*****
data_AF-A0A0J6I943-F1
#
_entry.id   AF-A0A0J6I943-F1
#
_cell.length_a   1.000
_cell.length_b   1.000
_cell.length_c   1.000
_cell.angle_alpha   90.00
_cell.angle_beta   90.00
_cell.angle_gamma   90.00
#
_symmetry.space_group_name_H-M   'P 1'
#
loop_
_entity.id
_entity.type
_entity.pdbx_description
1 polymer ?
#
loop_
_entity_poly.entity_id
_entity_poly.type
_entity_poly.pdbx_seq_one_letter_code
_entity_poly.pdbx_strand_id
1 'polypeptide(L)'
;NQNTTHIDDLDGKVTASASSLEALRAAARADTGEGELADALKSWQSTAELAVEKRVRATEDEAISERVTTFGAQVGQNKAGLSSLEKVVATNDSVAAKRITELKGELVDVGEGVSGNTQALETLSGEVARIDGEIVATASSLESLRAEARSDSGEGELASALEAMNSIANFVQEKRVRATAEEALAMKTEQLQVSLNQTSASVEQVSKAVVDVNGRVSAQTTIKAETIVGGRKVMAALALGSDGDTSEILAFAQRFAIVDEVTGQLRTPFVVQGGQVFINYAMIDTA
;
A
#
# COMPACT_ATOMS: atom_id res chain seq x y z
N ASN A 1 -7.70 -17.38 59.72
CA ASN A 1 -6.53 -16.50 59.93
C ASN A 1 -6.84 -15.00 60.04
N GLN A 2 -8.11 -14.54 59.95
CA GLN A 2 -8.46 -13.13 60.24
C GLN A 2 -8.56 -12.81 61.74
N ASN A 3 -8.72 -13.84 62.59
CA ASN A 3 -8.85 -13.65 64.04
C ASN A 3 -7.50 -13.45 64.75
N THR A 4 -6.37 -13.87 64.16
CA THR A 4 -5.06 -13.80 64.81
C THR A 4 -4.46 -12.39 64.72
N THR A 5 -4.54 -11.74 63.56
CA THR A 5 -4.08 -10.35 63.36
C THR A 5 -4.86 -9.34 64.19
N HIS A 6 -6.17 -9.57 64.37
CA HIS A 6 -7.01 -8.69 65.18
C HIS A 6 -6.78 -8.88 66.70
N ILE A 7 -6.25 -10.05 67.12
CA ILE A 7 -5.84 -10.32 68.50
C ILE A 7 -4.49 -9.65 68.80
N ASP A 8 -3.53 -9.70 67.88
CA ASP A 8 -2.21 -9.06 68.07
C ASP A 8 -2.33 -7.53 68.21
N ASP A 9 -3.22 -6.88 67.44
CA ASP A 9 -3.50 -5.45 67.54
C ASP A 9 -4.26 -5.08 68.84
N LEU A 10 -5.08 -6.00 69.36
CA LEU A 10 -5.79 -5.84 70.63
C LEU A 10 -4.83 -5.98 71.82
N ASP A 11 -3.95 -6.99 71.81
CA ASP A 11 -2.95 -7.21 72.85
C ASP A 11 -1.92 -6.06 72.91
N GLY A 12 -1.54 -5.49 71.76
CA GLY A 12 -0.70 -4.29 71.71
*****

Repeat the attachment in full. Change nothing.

data_AF-A0A0J6I943-F1
#
_entry.id   AF-A0A0J6I943-F1
#
_cell.length_a   1.000
_cell.length_b   1.000
_cell.length_c   1.000
_cell.angle_alpha   90.00
_cell.angle_beta   90.00
_cell.angle_gamma   90.00
#
_symmetry.space_group_name_H-M   'P 1'
#
loop_
_entity.id
_entity.type
_entity.pdbx_description
1 polymer ?
#
loop_
_entity_poly.entity_id
_entity_poly.type
_entity_poly.pdbx_seq_one_letter_code
_entity_poly.pdbx_strand_id
1 'polypeptide(L)'
;NQNTTHIDDLDGKVTASASSLEALRAAARADTGEGELADALKSWQSTAELAVEKRVRATEDEAISERVTTFGAQVGQNKAGLSSLEKVVATNDSVAAKRITELKGELVDVGEGVSGNTQALETLSGEVARIDGEIVATASSLESLRAEARSDSGEGELASALEAMNSIANFVQEKRVRATAEEALAMKTEQLQVSLNQTSASVEQVSKAVVDVNGRVSAQTTIKAETIVGGRKVMAALALGSDGDTSEILAFAQRFAIVDEVTGQLRTPFVVQGGQVFINYAMIDTA
;
A
#
# COMPACT_ATOMS: atom_id res chain seq x y z
N ASN A 1 -7.70 -17.38 59.72
CA ASN A 1 -6.53 -16.50 59.93
C ASN A 1 -6.84 -15.00 60.04
N GLN A 2 -8.11 -14.54 59.95
CA GLN A 2 -8.46 -13.13 60.24
C GLN A 2 -8.56 -12.81 61.74
N ASN A 3 -8.72 -13.84 62.59
CA ASN A 3 -8.85 -13.65 64.04
C ASN A 3 -7.50 -13.45 64.75
N THR A 4 -6.37 -13.87 64.16
CA THR A 4 -5.06 -13.80 64.81
C THR A 4 -4.46 -12.39 64.72
N THR A 5 -4.54 -11.74 63.56
CA THR A 5 -4.08 -10.35 63.36
C THR A 5 -4.86 -9.34 64.19
N HIS A 6 -6.17 -9.57 64.37
CA HIS A 6 -7.01 -8.69 65.18
C HIS A 6 -6.78 -8.88 66.70
N ILE A 7 -6.25 -10.05 67.12
CA ILE A 7 -5.84 -10.32 68.50
C ILE A 7 -4.49 -9.65 68.80
N ASP A 8 -3.53 -9.70 67.88
CA ASP A 8 -2.21 -9.06 68.07
C ASP A 8 -2.33 -7.53 68.21
N ASP A 9 -3.22 -6.88 67.44
CA ASP A 9 -3.50 -5.45 67.54
C ASP A 9 -4.26 -5.08 68.84
N LEU A 10 -5.08 -6.00 69.36
CA LEU A 10 -5.79 -5.84 70.63
C LEU A 10 -4.83 -5.98 71.82
N ASP A 11 -3.95 -6.99 71.81
CA ASP A 11 -2.95 -7.21 72.85
C ASP A 11 -1.92 -6.06 72.91
N GLY A 12 -1.54 -5.49 71.76
CA GLY A 12 -0.70 -4.29 71.71